The crew left RAF Binbrook on a bombing mission to Brest, France. En route, the captain decided to return due to the deterioration of the weather conditions but the weather over England was bad too with low cloud and snow falls. By night, the aircraft crash landed in the Peak District National Park, near White Edge Moor, in the region of Sheffield. The aircraft slid on a snowy field before coming to rest. All six occupants were rescued while the aircraft was written off.
Crew (12th Squadron):
F/O Colin Arthur Barnes, pilot,
P/O Jack Owen Seammen, pilot,
Sgt Philip Robert Coldwell, radio navigator,
Sgt Charles W. E. Carson, wireless operator,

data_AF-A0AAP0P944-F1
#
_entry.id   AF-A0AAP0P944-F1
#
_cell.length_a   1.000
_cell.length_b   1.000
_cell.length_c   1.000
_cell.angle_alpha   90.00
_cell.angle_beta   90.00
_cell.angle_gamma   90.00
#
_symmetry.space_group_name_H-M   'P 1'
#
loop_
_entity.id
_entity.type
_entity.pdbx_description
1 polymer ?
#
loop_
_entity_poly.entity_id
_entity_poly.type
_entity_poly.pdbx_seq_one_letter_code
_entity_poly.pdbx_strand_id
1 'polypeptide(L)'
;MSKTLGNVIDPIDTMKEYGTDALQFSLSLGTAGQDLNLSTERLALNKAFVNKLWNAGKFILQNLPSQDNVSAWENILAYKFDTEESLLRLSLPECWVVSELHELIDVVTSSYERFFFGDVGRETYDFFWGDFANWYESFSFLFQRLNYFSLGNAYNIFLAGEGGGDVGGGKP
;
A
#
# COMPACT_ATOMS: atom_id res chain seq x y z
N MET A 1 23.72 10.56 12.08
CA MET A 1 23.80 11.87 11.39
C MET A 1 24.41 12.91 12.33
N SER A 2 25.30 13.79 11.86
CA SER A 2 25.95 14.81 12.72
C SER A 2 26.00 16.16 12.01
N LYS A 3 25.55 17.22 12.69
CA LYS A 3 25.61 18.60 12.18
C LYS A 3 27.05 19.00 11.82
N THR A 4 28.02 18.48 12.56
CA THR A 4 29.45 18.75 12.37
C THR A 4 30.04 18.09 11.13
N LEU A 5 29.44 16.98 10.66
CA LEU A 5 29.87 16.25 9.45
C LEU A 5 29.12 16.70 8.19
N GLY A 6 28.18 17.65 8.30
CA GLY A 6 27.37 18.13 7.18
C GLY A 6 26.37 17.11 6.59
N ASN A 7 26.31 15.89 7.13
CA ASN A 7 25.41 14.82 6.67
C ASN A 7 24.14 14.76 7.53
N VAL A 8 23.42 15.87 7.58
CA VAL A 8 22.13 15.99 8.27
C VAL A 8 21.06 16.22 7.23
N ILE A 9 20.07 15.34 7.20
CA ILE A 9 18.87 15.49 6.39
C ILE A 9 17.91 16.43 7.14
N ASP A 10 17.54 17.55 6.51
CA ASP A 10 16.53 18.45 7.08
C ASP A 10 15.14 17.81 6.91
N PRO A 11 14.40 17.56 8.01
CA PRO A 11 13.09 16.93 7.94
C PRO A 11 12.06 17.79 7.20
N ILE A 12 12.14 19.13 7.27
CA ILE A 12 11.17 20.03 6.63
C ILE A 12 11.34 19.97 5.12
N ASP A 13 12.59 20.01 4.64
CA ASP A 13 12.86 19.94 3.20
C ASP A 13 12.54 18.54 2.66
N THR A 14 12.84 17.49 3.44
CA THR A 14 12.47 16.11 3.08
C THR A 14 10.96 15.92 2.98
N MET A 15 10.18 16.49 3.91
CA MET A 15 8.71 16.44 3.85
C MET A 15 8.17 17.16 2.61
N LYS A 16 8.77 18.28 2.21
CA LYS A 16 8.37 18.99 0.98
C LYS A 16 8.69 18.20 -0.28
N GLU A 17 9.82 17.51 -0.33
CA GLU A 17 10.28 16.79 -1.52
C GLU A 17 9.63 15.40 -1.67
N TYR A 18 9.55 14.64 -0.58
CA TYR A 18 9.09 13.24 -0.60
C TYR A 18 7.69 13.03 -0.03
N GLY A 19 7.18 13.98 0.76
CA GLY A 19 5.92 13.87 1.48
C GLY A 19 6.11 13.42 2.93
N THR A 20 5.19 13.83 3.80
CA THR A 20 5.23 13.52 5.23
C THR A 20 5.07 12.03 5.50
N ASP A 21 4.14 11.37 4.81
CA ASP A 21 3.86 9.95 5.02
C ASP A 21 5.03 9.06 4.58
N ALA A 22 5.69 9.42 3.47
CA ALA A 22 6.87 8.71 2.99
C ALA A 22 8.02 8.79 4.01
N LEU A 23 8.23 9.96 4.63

Sgt Brian Pearson Lunn, air gunner,
Sgt Frederick John Blute, air gunner.
Source & photo:
http://www.peakdistrictaircrashes.co.uk/pages/peakdistrict/peakdistrictz8491.htm

Crash of a Handley Page H.P.54 Harrow II in Barlow

Date & Time: Jul 8, 1939
Type of aircraft:
Operator:
Registration:
K6989
Flight Phase:
Flight Type:
Survivors:
Yes
Region:
Crew on board:
0
Crew fatalities:
Pax on board:
0
Pax fatalities:
Other fatalities:
Total fatalities:
0
Circumstances:
The crew was performing a training flight when he lost his orientation in foggy conditions. Eventually, the crew decided to attempt an emergency landing in a field located in Barlow, west of Sheffield. While all crew members were unhurt, the aircraft was damaged beyond repair.